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News + Politics Elections 30 SF candidates sound off on how they would...

30 SF candidates sound off on how they would support sexual assault survivors

The Coalition of Local Anti-Rape Advocates questionnaire grills candidates on how they would support houseless, undocumented, and incarcerated survivors.


As two presidential candidates who have been accused of sexual misconduct battle it out for the White House (fine, the future of democracy in the United States), domestic violence rates have risen, driven by the COVID crisis. Against this dire backdrop, the local chapter of the Coalition of Anti-Rape Advocates [CLARA] decided to shift its survivor advocacy work to the San Francisco elections.

As a result, local voters can now read questionnaires from 30 local candidates on how they plan to address sexual assault issues on the CLARA website.

“We think that sexual violence should be an issue that candidates are talking about,” CLARA member Emma Hyndman tells 48 Hills. “We wanted to focus on the local election. In San Francisco, we think the city has already started that conversation, but we really want to make sure that it’s more present.”

Candidates were asked to weigh in on whether they would support appointing a survivor or advocate to the police commission, whether they would take the lead on making SHARP and law enforcement’s findings on sexual assault public, and whether they would sponsor the recommendations put forth by the Safer Schools Sexual Assault Task Force, among other issues.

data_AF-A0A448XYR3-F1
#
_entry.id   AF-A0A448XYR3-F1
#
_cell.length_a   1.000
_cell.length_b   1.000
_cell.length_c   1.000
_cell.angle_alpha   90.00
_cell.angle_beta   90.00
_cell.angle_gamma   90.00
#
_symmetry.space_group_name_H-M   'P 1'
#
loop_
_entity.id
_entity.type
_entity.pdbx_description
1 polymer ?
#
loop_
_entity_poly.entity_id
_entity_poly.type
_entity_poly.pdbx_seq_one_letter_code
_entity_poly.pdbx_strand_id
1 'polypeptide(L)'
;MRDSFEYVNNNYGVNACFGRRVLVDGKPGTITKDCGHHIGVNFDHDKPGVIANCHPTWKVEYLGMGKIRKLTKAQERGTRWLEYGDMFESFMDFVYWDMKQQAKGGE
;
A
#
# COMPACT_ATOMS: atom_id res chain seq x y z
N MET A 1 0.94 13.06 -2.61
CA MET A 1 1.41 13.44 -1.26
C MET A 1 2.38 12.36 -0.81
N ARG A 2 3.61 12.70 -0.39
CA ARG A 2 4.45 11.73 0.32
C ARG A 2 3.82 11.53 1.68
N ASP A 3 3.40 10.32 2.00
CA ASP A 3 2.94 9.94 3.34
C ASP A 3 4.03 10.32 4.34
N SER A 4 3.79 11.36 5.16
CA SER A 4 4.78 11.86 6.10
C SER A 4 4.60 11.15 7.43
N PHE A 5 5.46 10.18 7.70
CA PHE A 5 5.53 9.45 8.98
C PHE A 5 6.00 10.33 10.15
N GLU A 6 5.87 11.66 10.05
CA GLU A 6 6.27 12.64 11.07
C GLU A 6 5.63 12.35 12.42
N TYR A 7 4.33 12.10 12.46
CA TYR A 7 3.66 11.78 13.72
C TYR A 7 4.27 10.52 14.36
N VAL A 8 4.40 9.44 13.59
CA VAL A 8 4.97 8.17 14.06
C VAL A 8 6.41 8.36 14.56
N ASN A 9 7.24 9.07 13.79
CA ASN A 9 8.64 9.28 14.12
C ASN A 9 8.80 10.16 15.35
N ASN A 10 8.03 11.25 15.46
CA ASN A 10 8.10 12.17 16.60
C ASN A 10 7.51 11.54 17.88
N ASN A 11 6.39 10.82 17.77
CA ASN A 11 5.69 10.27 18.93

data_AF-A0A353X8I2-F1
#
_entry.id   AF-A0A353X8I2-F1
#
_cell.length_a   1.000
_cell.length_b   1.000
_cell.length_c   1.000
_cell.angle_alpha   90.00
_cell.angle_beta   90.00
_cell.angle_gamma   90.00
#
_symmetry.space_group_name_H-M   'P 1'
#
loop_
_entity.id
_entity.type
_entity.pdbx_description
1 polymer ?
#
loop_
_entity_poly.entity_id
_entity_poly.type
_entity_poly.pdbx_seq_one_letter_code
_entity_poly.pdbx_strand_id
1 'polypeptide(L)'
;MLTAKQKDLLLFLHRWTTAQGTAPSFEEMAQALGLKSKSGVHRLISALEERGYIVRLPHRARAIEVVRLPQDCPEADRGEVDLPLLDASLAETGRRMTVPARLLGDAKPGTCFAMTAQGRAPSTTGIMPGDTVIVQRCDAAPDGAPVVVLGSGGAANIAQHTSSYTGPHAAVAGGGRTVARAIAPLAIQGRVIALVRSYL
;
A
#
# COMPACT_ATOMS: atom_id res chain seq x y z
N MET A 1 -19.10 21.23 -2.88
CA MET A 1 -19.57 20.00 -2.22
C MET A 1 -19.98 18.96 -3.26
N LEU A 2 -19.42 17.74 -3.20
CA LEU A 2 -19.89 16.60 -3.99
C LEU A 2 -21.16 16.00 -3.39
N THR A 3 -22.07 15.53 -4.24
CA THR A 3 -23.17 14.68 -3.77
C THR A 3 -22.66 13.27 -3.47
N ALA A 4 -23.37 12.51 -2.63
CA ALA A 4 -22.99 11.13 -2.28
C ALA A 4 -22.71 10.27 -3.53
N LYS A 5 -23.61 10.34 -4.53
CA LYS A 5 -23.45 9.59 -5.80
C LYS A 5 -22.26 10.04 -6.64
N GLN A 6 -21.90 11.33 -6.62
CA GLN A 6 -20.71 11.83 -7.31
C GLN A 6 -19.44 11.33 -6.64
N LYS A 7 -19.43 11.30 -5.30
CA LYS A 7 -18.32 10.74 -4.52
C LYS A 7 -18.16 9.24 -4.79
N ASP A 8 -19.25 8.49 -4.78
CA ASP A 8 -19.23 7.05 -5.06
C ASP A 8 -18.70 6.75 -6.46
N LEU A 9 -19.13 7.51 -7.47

The group sent out 65 questionnaires, one to every candidate for District Supervisor, Community College Board, BART Board, State Senate, and California’s House of Representatives that was registered on the city’s website with a valid email address. 

A note on CLARA’s website says the voter education guide was inspired by similar questionnaires posited by the League of Pissed-Off Voters and the San Francisco Bike Coalition.

The candidates had only 10 days to respond during a hectic campaign season—even so, 30 of the questionnaires were completed and sent back. Among the respondents were State Senator Scott Weiner challenger Jackie Fielder, 17 candidates for the Board of Supervisors, and Nancy Pelosi Congressional challenger Shahid Buttar—whose own campaign was rocked by accusations of sexual harassment.